As he prepares to enter the Octagon for the 20th time at UFC 171, Diego Sanchez feels like he’s entering into his prime. That’s a bit scary, especially given the fact that the other winner of the first season of The Ultimate Fighter, Forrest Griffin, retired two years ago. Also retired from fighting is the man Sanchez beat to win the ‘six-figure’ UFC contract, Kenny Florian. In fact, every one of his TUF 1 cast-mates has either officially retired or unofficially done so. Sanchez is the last man standing.
As some fighters age, they begin to think twice before taking fights with much younger competition. Not Diego Sanchez. ‘The Nightmare’ has shown us over the years an unwavering fearlessness, in his fights with Nick Diaz, Clay Guida, BJ Penn, and most recently in his scrap-for-the-ages with Gilbert Melendez. As he prepares himself to take on Myles Jury, who is seven-years younger than Sanchez, he has focused on the recovery and longevity that he needs to compete with the best in the division.
“Grappling, striking, everywhere. I have the limberness, and I’m able to move like never before.”
Sanchez has always taken a much more holistic approach to fighting and preparation, and has always been known for his fierce mental game. From the ‘Yes’ chants during his walkouts, to the epic mean-mugging he does to his opponents during weigh-ins and staredowns, Sanchez has always been trying to achieve a new level of concentration, focus, and pressure on his opponent.
“I’ll always be ‘The Nightmare’ in the cage. That’s going to be a part of me forever. But when I’m outside the cage, I’m about the positivity, and ‘The Dream’. And being a motivation, and an inspiration, to young kids, and to anyone who has fallen down into the realm of self-destruction and the negative energy of the world.”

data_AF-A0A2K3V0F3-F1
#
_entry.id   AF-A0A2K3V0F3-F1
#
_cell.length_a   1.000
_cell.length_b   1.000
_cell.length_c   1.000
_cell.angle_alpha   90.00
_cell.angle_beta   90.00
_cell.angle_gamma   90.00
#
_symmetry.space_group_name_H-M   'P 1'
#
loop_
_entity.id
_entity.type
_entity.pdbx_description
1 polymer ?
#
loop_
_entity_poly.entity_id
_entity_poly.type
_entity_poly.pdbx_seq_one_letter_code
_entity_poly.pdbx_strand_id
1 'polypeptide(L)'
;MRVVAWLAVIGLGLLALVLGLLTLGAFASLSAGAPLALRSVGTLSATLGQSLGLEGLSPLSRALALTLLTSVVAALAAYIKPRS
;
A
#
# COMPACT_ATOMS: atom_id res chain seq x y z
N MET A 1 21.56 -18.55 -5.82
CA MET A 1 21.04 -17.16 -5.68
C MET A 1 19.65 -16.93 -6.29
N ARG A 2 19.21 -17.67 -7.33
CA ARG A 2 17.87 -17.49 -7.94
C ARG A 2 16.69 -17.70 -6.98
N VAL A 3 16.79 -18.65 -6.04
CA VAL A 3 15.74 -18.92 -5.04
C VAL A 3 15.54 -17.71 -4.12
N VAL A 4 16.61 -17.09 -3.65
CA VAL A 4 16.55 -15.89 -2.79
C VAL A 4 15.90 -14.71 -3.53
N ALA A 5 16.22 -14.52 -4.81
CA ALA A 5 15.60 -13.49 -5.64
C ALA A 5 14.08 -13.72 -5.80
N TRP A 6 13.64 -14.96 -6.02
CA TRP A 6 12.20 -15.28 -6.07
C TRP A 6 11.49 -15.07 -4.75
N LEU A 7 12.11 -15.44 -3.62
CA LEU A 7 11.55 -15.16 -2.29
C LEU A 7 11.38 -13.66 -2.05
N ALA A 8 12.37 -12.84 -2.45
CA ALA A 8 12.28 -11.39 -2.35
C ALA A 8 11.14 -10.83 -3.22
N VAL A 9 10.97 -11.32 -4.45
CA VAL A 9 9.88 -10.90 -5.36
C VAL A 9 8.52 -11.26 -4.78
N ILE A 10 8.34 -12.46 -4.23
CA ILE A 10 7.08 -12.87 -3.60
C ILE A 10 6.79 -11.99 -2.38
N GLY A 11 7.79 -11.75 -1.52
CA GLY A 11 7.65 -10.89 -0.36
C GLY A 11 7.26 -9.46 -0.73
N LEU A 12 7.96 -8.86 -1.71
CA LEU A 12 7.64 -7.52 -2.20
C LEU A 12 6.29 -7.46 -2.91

His constant quest to rid himself of negativity very well could be the secret to longevity in the fight game for Sanchez, as his fearless brawling style has led to him enduring a lot of punishment over the years. BJ Penn nearly had to decapitate Sanchez to get him to stop pushing forward, and Gilbert Melendez threw the kitchen sink at him for 15 minutes in his last fight. The punishment adds up, and takes a physical and mental toll. Sanchez told reporters at the open workouts that his brawling style is a thing of the past, and he’s using his newly diversified tool kit to show a new side of himself against Myles Jury.
“I’m done being good. I’m done being some brawler. I’m going to go in there, and show greatness.”
Against Jury, he faces a young, talented, and undefeated prospect, who has everything to gain with a win over Sanchez. Jury is a serious threat to anyone in the lightweight division, but isn’t as well-known or highly-ranked as some of Sanchez’s past competition. Neither of those things mean anything to Diego Sanchez, who is focused solely on his own growth, and his quest to the top of the sport.
“Myles Jury is a small little block on my tracks, and I’m going to explode through that little blockage and move onto the next thing.”
“He’s not going to know what’s hitting him” Sanchez said.
“I have the wisdom, the experience, and I’m in the best shape of my life. I’m ready to go show greatness.”